“Today we’re going over homophones,” Paige Ramer, a California State University, Northridge special education credential student, told a group of middle school students. “What’s the difference between there, their and they’re?”
One student had his hand up. Another student sat and looked disinterested. Yet another was distracted.
None of them were real.
Ramer was not in a classroom, but was teaching virtual students in a studio with fellow credential classmates and her professors. She was using cutting-edge software called TeachLive, a “mixed-reality” environment where educators-in-training can practice teaching before a classroom of virtual young people programmed to act like real students — boredom, distractions and all — and receive instant feedback from professors.
Adopting the tool in 2012, CSUN was the 13th university in the country to use TeachLive. Special education professor Sally Spencer said TeachLive has changed the way credential students learn how to teach, providing a needed bridge between coursework and student teaching.
“For about 100 years, we have had the same model for education,” Spencer said. “Students take classes and learn about teaching, and then we throw them in the fire. It’s a sink-or-swim model. They get tossed into teaching with real kids, and there aren’t a lot of opportunities for feedback. They definitely can’t do things over again — they have only one shot to get it right.
“But [TeachLive] helps isolate and pinpoint teaching behaviors that are effective or ineffective, giving teachers-in-training a chance to practice them until they get them right before going out into a real classroom,” Spencer continued. “Learning to teach is no longer done in the abstract.”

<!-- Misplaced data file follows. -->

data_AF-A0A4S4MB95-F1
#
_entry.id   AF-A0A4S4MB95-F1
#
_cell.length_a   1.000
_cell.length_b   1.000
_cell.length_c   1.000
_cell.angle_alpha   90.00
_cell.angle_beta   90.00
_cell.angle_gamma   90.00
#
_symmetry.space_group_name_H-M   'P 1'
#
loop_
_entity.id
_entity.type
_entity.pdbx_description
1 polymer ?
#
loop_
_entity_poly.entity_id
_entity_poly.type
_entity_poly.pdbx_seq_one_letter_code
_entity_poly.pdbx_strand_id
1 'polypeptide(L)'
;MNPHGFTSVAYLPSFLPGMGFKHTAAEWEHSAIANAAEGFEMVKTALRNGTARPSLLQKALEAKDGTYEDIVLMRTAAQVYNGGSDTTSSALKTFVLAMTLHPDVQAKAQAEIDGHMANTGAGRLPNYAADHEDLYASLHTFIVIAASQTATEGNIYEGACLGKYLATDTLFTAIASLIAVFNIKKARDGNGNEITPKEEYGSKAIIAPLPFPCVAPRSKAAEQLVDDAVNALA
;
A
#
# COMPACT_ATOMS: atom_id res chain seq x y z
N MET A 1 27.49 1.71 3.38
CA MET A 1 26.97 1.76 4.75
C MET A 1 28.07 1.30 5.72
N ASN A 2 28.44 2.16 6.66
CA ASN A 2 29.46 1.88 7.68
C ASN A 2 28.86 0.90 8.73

CSUN teacher candidates using TeachLive stand in front of an eight-foot screen, where the virtual kids appear. The children all have distinct personalities and interact with the teacher in real time, giving students like Ramer a lifelike classroom experience. Professors interject during the sessions to give the teachers pointers.
“[In the sessions], professors will stop us and tell us to do things like move around and point during lessons, not just read out loud to the students, or tell us to reword phrases,” Ramer said. “Having that kind of discussion makes us more aware of how important it is to plan. We constantly have to be aware of how we are speaking. But once we get those steps down, we improve dramatically and the [virtual] students even respond to us in a better way.”
Spencer said the software also helps her students build confidence and gain classroom management skills.
“One of the great advantages is that we get to control the behavioral levels of the [virtual] kids,” Spencer said. “If the new teacher isn’t too confident, we set the behavior levels low so they can focus on teaching. We turn up the behavior levels as they get more confident, so they get to experience teaching and managing behavior at the same time.”
In addition to professors, the sessions are done in front of other credential students. Ramer said it is a positive experience to support and learn from each other.
“It was a daunting thing to begin with — we were all very nervous going up in front of everybody,” Ramer said. “But we are very supportive of each other and we always try to talk to each other before the TeachLive sessions. And afterward, we say what we liked about each other’s sessions and discuss what we might include in our own
lessons. We understand each other’s feelings, and it gets a little bit easier as the semester goes on.”